There are numerous tasks that are on the Beta version palette, and I’m not sure the list has been entirely finalized or publicized(there were approximately 20 in the build I used). These are the actual “steps” of the Expert and are usually observed by a particular screen in the application. A few to help you mull over possibilities of Experts in your projects include:

  • Custom Dialog : This is immensely useful, as it allows for a quick way to collect responses from the user. It basically pops up a screen that is configured by the Expert designer and receives information from the user (perhaps a table name, or some Oracle connection information).
  • Data Viewer : The OWB product has exposed their “data viewer” component on the palette. In some use cases, one needs to display the data from a data table to help the user either confirm they’ve got the correct table, or understand a bit more about the contents of the table.
  • Impact Analysis : This helps the user understand what the impact is of modifying an object. This would be useful to guide a user through the modification of a dimension, to ensure they are thinking and noting any impacts before actually making the change.
  • Java : This is really a “blank check” in the Expert functionality. This task allows you to embed Java application code directly into this point within the Expert. The possibilities really become quite endless when you consider the full power of Java available in your Expert creation. There will likely be some limitations of how you interact with OWB (or more accurately, how easily one interacts with OWB) but this feature demonstrates the OWB understanding that they are never going to be your only tool/system.

Perhaps it’s appropriate to wrap up with an example use of an expert:

Let us consider a situation where you are using a third party ROLAP tool that has a metadata repository. This is where the OLAP tool goes to understand the structure, hierarchy, cubes and dimensions that are stored as tables inside Oracle. It has it’s own specific metadata format/API and one can make Java calls to a web service to define and describe the metadata of your marts. When your BI team adds a dimension in OWB they must also run through some series of steps to add it to ROLAP tool metadata so that end users can see it in their reporting tool. Every time they follow the same process, add dimension, go to tool and add it.

Consider creating an “Add Dimension” expert in the upcoming release of OWB. The expert would simply:

  1. Launch the Add Dimension Wizard
  2. Allow the user to fill in the OWB Dimension, hierarchies, levels, attributes, etc
  3. Use Java to call some web service and describe the new Dimension to the ROLAP tool

Steps 1 and 2 are easy to just drop into the Expert and configure. Step 3 would require the authoring of custom Java code that would be executed. The key here though is that it is done so in the context of OWB and so has immediate knowledge of what dimension was just added, at what location, with what underlying table name, etc. The benefits of automating these types of tasks has always been clear; minimize actual time spent to accomplish repetitive tasks and minimize errors by programatically enforcing standards and best practices.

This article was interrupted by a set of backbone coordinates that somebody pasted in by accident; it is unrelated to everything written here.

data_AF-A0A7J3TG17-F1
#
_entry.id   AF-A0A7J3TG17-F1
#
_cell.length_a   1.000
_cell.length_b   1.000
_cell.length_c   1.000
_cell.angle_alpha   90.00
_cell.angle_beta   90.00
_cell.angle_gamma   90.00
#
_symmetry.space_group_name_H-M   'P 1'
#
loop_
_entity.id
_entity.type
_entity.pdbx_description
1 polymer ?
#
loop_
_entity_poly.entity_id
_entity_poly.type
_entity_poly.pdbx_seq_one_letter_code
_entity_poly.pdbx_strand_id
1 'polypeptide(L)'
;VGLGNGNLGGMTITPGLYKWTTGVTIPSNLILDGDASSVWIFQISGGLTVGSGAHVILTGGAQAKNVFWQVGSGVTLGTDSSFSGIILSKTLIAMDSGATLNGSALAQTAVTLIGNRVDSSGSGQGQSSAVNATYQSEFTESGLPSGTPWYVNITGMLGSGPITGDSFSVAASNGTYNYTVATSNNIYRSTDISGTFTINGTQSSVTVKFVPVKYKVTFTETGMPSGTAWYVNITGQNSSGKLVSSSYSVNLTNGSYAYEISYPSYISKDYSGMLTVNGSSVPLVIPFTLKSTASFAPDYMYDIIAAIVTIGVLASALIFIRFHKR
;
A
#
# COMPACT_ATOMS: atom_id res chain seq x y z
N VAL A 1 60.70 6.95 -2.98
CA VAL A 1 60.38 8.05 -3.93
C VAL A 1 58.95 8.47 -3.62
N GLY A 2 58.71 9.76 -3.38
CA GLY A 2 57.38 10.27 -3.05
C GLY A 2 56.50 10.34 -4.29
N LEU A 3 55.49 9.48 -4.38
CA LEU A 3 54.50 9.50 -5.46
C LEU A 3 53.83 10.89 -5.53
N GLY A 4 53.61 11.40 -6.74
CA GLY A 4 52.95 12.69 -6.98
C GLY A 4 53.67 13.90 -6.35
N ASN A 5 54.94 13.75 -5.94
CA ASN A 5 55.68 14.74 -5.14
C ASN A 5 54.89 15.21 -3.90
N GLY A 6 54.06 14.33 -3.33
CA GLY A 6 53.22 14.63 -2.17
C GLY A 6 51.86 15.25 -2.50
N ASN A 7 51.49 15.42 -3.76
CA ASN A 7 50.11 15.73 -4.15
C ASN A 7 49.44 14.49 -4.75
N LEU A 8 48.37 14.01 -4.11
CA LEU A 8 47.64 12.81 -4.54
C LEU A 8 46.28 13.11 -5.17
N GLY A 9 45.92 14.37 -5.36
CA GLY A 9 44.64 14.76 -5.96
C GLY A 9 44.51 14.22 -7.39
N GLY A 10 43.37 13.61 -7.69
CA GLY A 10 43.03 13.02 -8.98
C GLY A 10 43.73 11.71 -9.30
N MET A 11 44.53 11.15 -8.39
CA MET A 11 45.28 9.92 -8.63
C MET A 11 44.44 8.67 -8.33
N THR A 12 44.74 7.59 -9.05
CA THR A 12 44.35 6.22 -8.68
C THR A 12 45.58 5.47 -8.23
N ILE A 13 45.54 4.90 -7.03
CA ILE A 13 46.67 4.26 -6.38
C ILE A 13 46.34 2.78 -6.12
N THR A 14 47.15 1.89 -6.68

Experts hold great potential for power customers, consulting firms, and Oracle Partners to add best practices and efficiencies to an already efficient and powerful tool.

This blog is part of the OWB Paris Early Review series which reviews and comments on several new Paris features.


Ok, this is not earth shattering, but perhaps google might find this blog for someone in need of a quick and dirty method for generating a bunch of “dummy” rows in oracle without heading into the land of PL/SQL.

Use the table ALL_SOURCE, which always has several hundred thousand rows (just checked one DB and it has 435608).

insert into dummy_table (key, value)
select rownum, type from all_source where rownum


I ran across a post by Andrej Koelewijnvia on that made reference to an open source project named CruiseControl.

CruiseControl is a framework for a continuous build process. It includes, but is not limited to, plugins for email notification, Ant, and various source control tools. A web interface is provided to view the details of the current and previous builds.

I’ve worked in environments with automated build processes and think they are absolutely wonderful. There are some significant advantages to an automated build process:

  • Less time spent tagging and building code to servers.
  • Predictable process for build and deploy (you do it with technology, rather than admins typing commands) so that your deploys are also “managed” across environments.
  • Mitigates big unknowns during integration. I’m not saying this will decrease the integration time spent on a project, but rather it will increase the likelihood of finding a show-stopping issue early.

    Imagine a progressive work environment (a la Dot Com) where engineers are kindred spirits. They are working late hours, ordering pizza, playing with Nerf guns. This is the type of environment where the following extension would be useful.

    If you break the build, you have to sit in the dark all day.